From Alaska’s Aleutian Islands down along the West Coast of the United States, the fishing industry is an iconic and indispensable part of the economy.
Maritime lending is focused on helping fishermen, shipyards, and associated businesses acquire the capital to make possibilities reality. Their business needs may include financing fisheries and quotas (fishing rights), providing cash for tugs, barges, ferry boats, eco-tour boats, or supporting fishing businesses like electrical and fiberglass suppliers.
Arne Arnesen, director of commercial banking at First Fed, is an integral part of the bank’s maritime team. He’s been in banking for 23 years, but his connection to the fishing industry goes back much further: his grandfather was a Norwegian immigrant and fisherman.
As a third generation Norwegian in Washington, Arnesen grew up spending time around Fisherman’s Terminal, an iconic maritime hub. Today he guides the finances of many boats and crews from his office in Edmonds. Many of those are family-run operations, which Arnesen says are often under-served in banking.
“We really thrive on dealing with the owner-operator,” he says. “Big banks may have a maritime lender, but they want the huge international seafood companies and fleets. I don’t think there’s any other community bank in the Pacific Northwest with as much experience in the maritime space as First Fed.”
Knowing Troller from Trawler
While the Pacific Coast fishing industry covers a large area geographically, Arnesen says the community is tightknit.
“There are only so many marinas in each of the western states that can even accommodate working fishing vessels,” he says. “It’s a small, no-nonsense community that values true relationship banking.”
A focus on developing real relationships is what separates First Fed’s maritime lending program from all the rest. That includes a commitment to meeting face-to-face: visiting a shipyard, fishery or fishing operation and its owners, and touring or even riding on their vessel.
“I make a point of showing up in person as many times as I can,” says Arnesen. “One thing that we do differently — and that we’re happy to do — is be present.”
First Fed is also willing to meet their clients in the elements. That includes trips to remote Dutch Harbor, Alaska. The last time Arnesen was there, a four-day trip became nine days due to bad weather.
For some operators, in-person contact is especially critical, not just because of the often-substantial size of maritime loans, but because some fishermen don’t operate on the latest technology. Arnesen says several long-time clients still don’t use email.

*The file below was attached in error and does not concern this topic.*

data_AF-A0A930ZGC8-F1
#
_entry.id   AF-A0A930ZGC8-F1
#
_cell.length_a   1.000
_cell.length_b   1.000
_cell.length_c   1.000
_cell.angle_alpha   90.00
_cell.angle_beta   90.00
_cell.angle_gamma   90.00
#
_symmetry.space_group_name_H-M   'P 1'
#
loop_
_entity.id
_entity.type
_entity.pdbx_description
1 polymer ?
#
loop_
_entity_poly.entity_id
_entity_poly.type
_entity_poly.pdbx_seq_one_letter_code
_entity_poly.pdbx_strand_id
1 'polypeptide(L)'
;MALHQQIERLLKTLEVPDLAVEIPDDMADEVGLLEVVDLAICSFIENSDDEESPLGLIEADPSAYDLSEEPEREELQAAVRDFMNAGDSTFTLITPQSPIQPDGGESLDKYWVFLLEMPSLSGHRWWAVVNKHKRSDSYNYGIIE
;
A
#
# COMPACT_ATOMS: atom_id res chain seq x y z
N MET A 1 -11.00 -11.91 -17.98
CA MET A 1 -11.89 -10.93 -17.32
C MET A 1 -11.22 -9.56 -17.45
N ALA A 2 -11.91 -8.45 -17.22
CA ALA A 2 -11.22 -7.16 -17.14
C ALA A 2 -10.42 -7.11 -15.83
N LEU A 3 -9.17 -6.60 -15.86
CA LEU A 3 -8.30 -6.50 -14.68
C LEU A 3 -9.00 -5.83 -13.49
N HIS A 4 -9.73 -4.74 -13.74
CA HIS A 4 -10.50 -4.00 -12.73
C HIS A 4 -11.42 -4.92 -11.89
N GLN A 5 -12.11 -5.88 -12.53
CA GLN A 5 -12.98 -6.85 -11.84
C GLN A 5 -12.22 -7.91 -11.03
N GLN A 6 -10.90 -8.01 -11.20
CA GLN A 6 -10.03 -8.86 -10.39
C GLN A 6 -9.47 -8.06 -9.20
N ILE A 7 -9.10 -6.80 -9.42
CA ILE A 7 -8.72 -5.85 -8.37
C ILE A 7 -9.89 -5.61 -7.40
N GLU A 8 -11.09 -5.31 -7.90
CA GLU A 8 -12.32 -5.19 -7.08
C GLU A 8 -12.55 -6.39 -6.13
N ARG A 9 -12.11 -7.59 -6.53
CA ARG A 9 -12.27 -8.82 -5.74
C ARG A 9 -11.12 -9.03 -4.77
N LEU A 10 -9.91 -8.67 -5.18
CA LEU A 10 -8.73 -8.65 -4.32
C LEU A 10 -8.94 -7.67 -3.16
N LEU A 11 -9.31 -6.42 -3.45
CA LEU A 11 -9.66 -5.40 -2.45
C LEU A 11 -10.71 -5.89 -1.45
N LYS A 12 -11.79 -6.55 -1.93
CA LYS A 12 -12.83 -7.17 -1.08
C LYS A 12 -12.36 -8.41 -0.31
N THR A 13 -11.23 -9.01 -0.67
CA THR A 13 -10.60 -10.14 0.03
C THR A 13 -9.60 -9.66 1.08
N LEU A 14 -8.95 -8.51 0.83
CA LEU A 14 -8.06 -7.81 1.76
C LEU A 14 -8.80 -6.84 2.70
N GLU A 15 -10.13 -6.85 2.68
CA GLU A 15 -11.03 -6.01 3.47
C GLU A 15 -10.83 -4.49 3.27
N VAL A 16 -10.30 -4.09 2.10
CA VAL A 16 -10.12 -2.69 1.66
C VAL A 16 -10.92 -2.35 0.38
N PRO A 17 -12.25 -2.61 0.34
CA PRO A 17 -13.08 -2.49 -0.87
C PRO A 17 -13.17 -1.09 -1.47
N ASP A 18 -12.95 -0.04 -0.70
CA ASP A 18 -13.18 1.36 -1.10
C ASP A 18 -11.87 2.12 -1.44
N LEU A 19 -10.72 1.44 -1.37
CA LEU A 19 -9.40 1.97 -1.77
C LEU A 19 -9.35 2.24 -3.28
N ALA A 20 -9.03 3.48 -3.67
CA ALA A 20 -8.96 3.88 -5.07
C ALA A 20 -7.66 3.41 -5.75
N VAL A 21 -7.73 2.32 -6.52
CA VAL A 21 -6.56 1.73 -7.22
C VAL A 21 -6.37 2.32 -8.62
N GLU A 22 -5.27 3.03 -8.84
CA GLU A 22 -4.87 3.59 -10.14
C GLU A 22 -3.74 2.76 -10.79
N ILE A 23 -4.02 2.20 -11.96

“Our maritime team members are the only people in our bank who still regularly get faxes,” he says.
First Fed’s maritime team also regularly attends fishing trade shows and has numerous connections across the industry that can help fishermen find resources they might need or already be searching for.
Last November Arnesen helped several fishermen in Seattle connect with a Norwegian seller of electric long-line systems.
A Good Time to Expand
While federal loan programs may offer fixed-rate money that no bank can truly compete with, Arnesen says some businesses approved for those loans choose to finance through First Fed anyway. Because federal loans can often have long wait times, fishermen may run the risk of the vessel purchase window closing before they receive their money.
Instead, they turned to First Fed, which offers more flexible financing terms than any federal loan system would provide. With First Fed, a business can adjust as often as needed, whether it’s adding to an existing loan or changing their annual payments.
While some maritime businesses might be hesitant to start the application process, Arnesen says that if taking out a loan for your business makes sense, then it will also likely make sense for the bank loaning you the capital.
“Too many fishermen limit themselves because they don’t understand finance, or they don’t trust financing, and feel like they have to pay for things in cash,” he says. “Interest rates are still pretty good, and interest expense is tax-deductible. Because the real borrowing cost to finance is low, it’s worth considering a loan to realize your business goals.”
And whether you’re a shipyard about to agree to build a new vessel or a fisherman agreeing to buy one, First Fed is happy to lend advice before you put pen to paper.
“Call a banker before you sign the purchase and sale agreement with a broker,” Arnesen says. “Let us help you figure it out. In many cases, it turns out you can afford more than you thought you could.”
To learn more and connect with the maritime team at First Fed visit: https://www.ourfirstfed.com/maritime
First Fed is a member FDIC and equal housing lender.